Everyone deserves safe and easy access to parks, but that is not the case in many communities across our Country. One in three Americans don't have a park within a 10-minute walk (or half-mile) of their home.
There are a few reasons as to why these inequities exist in communities such as barriers that limit walkability to parks or makes walking to parks undesirable. Distance and physical barriers are the most common obstacles to safe routes to parks but there are also social barriers such as crime and safety concerns . Physical barriers include the lack of infrastructure such as sidewalks and crosswalks and the presence of large roadways such as interstates and commercial corridors. Geographical barriers are in the form of rivers and ravines. Most of these barriers are a result of engineering, zoning, land use and design trends that have existed in the United States for the past 50 years.
Communities most in need of access to parks, and that have the least safe access to parks, are usually ones that have experienced historical disinvestment and where violence and crime are prevalent; there are high levels of traffic incidences; and there are high rates of weight-related diseases or conditions. It is time to provide equitable access and safe walking connections to parks to these communities. A few organizations are already taking the lead.
The National Recreation and Park Association (NRPA) has created the Safe Routes to Parks campaign to implement strategies that create safe and equitable access to parks for all people. Over the long term, with increased safety and accessibility, Safe Routes to Parks seeks to increase park usage and improve health for people of all ages, races, abilities, and income levels.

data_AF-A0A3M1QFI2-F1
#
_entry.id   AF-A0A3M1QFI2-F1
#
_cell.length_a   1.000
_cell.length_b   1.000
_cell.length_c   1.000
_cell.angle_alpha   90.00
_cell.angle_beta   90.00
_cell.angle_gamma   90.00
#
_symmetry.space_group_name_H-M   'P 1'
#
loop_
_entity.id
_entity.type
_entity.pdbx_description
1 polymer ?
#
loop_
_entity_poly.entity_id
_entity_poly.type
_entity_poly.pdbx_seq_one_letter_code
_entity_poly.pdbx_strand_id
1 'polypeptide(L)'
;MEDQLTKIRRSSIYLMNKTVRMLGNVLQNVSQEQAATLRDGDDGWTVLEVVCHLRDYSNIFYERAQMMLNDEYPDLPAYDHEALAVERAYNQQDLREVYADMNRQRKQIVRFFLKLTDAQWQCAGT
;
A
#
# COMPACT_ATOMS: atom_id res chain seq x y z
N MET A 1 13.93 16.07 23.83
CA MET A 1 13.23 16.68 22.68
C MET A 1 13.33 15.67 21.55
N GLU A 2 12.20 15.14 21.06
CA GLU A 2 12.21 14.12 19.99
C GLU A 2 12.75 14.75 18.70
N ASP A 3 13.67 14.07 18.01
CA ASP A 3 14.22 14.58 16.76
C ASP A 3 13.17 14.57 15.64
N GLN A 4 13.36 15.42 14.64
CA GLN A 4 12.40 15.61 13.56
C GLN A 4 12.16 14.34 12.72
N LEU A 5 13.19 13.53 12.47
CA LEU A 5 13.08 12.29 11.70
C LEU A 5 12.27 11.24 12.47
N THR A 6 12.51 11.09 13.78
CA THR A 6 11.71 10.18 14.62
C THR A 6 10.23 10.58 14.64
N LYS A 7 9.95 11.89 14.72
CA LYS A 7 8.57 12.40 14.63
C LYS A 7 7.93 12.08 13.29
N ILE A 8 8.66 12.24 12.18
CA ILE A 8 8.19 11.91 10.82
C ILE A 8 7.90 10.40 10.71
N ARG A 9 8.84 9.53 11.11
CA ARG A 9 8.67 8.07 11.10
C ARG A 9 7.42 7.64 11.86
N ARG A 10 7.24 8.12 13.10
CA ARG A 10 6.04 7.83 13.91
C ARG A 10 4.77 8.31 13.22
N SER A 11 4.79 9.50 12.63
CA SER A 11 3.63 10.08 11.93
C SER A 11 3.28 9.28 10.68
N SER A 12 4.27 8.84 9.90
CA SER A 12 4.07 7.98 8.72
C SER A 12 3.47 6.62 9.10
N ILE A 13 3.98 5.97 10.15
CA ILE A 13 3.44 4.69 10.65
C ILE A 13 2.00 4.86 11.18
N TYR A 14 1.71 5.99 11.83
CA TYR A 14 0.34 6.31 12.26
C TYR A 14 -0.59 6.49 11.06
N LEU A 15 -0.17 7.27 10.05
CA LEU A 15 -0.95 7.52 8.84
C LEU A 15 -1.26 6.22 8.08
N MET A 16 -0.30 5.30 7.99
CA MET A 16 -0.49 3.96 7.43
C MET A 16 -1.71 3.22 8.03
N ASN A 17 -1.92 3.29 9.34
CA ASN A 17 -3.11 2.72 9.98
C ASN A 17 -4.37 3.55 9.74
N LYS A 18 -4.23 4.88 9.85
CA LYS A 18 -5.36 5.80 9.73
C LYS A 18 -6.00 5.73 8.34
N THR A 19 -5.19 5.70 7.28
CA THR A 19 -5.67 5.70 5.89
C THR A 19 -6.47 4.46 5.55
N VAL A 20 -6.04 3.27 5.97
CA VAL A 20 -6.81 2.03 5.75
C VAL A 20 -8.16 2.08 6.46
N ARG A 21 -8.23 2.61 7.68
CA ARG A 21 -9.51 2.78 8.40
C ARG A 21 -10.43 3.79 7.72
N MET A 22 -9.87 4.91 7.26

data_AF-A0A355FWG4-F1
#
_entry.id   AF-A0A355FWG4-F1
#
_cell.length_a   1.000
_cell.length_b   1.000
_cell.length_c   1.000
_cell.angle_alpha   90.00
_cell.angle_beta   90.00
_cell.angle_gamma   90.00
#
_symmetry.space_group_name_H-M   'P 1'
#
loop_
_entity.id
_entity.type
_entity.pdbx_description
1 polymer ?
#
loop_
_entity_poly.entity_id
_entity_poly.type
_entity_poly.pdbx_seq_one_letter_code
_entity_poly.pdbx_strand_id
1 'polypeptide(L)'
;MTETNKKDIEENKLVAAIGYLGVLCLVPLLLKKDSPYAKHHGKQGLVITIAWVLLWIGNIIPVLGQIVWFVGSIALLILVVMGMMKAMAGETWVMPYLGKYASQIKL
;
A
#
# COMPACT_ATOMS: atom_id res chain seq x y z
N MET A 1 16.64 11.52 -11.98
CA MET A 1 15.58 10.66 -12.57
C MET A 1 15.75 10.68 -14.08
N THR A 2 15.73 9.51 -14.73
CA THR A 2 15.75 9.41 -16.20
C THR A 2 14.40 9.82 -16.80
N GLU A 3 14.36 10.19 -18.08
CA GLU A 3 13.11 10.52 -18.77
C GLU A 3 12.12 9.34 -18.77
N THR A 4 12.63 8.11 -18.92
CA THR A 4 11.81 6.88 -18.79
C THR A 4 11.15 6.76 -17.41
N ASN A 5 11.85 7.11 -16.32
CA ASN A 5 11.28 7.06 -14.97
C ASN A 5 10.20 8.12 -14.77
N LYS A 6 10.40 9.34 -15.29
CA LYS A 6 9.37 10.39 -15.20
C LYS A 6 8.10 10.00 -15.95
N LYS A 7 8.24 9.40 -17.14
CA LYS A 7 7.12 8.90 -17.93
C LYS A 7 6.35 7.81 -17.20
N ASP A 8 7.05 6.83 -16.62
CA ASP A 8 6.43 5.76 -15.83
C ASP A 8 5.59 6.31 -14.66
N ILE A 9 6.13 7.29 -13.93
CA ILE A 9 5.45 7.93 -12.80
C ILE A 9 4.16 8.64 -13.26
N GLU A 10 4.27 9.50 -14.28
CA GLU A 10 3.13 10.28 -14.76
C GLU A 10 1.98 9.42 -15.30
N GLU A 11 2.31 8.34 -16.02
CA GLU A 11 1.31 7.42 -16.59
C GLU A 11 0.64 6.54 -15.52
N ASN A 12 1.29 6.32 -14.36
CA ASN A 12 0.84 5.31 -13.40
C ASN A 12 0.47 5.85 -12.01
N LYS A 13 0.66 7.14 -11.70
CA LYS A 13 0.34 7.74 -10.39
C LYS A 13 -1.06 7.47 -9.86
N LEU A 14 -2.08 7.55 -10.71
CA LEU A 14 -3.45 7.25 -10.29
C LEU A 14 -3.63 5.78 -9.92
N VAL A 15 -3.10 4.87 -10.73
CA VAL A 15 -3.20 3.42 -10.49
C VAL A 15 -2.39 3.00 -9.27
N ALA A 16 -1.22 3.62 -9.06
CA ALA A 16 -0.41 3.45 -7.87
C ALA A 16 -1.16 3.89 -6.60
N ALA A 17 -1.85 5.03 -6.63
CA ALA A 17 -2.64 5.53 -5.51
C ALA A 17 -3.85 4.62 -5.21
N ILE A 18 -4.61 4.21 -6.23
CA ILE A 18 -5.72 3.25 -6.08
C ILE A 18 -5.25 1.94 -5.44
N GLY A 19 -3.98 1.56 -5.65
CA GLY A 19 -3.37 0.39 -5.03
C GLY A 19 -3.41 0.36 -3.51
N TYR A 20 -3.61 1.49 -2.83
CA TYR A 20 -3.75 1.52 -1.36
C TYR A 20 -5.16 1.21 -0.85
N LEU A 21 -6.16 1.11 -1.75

Safe Routes to Parks is important for kids who are not old enough to drive themselves to parks; seniors, who may not wish to drive; and for people who rely on walking or bicycling to get around.
“Parks are an essential part of every community,” said Barbara Tulipane, NRPA president and CEO. “Through the Safe Routes to Parks initiative, we will increase access to these vital resources and improve the health and wellness of millions of Americans living in underserved areas that are most vulnerable to health disparities.”
The NRPA Safe Routes to Parks Action Framework provides professionals with a “how-to” guide to implement Safe Routes to Parks strategies. NRPA is currently piloting this framework with ten communities. Learn more about those projects here.
Safe Routes to Parks has some basic tenets:
- Conveniently located within approximately one-half mile (10-minute walk) from where people live
- Accessible via multiple modes of transportation for people of all ages and abilities
- Safe from traffic and personal danger
- Comfortable and appealing places to walk or bicycle
- End at parks that are well-maintained and programmed